This exit bias of hypertext makes it difficult to match the deepening-attention experience of the printed book. In a book, page-turnings far exceed book switches. A page-turner is a a thriller that reinforces the  stay-on-the-trail bias of print. Even the most difficult books tend to sustain 2-3 page turnings per session. Online page-turners by contrast — think Taboola listicles with one titillating nugget per page — fight a losing battle from Link One. Even if you don’t supply outbound links, there are always open tabs lurking in the background: competing books within thumb-reach.

My hyperlinking philosophy has always been to avoid fighting the medium. Successful online content works by deepening the stream of consciousness rather than fighting the exit bias. Three models do this particularly well: single-page longform, streams, and threads.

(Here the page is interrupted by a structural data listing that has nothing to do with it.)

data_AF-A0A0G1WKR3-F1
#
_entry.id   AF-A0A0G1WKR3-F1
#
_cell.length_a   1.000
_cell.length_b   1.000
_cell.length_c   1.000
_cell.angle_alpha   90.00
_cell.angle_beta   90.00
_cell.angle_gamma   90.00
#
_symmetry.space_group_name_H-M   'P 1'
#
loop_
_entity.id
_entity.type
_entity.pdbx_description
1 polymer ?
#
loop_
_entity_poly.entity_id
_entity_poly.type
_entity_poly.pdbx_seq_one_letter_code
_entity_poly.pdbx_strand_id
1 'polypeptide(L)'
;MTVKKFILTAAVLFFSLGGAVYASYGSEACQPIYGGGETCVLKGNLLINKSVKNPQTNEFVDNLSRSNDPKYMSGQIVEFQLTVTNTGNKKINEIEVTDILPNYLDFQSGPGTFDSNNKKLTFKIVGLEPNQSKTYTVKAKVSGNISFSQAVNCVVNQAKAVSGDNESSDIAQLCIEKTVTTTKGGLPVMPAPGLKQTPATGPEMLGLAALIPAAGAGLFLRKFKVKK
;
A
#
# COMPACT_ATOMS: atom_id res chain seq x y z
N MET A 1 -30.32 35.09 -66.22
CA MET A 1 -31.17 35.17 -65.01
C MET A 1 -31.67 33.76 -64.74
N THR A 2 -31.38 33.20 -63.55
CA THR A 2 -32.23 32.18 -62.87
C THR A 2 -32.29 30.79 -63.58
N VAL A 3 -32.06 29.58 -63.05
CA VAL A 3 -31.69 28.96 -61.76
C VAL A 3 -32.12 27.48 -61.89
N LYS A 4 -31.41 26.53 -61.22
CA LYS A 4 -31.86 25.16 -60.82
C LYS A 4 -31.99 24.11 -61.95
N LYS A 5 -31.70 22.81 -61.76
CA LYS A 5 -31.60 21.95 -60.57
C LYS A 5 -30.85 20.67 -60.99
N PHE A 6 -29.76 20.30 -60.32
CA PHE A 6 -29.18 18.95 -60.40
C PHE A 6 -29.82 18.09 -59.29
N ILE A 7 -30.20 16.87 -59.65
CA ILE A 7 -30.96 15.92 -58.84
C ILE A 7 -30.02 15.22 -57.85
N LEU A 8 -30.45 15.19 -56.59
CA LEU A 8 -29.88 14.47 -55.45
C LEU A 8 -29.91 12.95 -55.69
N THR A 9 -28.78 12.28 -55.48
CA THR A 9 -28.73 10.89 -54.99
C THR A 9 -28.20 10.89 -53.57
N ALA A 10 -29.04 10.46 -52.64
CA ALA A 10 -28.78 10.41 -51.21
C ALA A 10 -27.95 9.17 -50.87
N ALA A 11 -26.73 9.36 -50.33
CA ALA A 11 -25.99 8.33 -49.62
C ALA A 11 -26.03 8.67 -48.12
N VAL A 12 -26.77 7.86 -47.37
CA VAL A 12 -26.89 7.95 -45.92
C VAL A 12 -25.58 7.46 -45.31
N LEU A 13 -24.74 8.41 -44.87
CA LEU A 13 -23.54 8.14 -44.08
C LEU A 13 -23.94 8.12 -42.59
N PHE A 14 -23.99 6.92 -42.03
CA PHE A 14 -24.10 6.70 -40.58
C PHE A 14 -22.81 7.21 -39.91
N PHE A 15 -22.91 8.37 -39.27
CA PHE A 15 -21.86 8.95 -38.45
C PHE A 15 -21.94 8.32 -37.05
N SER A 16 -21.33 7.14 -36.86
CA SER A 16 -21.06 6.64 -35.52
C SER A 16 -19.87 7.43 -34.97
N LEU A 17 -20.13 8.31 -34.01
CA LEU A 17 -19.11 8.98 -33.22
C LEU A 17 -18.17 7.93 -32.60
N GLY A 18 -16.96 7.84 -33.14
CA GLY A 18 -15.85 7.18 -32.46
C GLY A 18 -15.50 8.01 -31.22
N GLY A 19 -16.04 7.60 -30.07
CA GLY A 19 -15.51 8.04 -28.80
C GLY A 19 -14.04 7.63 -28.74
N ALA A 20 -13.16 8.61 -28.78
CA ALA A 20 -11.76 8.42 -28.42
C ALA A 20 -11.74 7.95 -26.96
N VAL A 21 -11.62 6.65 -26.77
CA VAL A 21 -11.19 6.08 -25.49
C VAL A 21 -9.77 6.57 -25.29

Single-page longform works like a meditative-attention gravity well that gets harder to exit the deeper in you go. My longest post is 14,422 words, 4x a typical magazine feature. It would need ~30 page turnings if it weren’t on a single page.

Streams work by letting topic-level attention go stochastic, and deepening conversation-level attention. Twitter and Facebook invite you to swim upstream in place, always in the now, modulo some atemporal algorithmic vorticity. The archives of an elderblog invite you to swim downstream into long-term settled memories via internal links.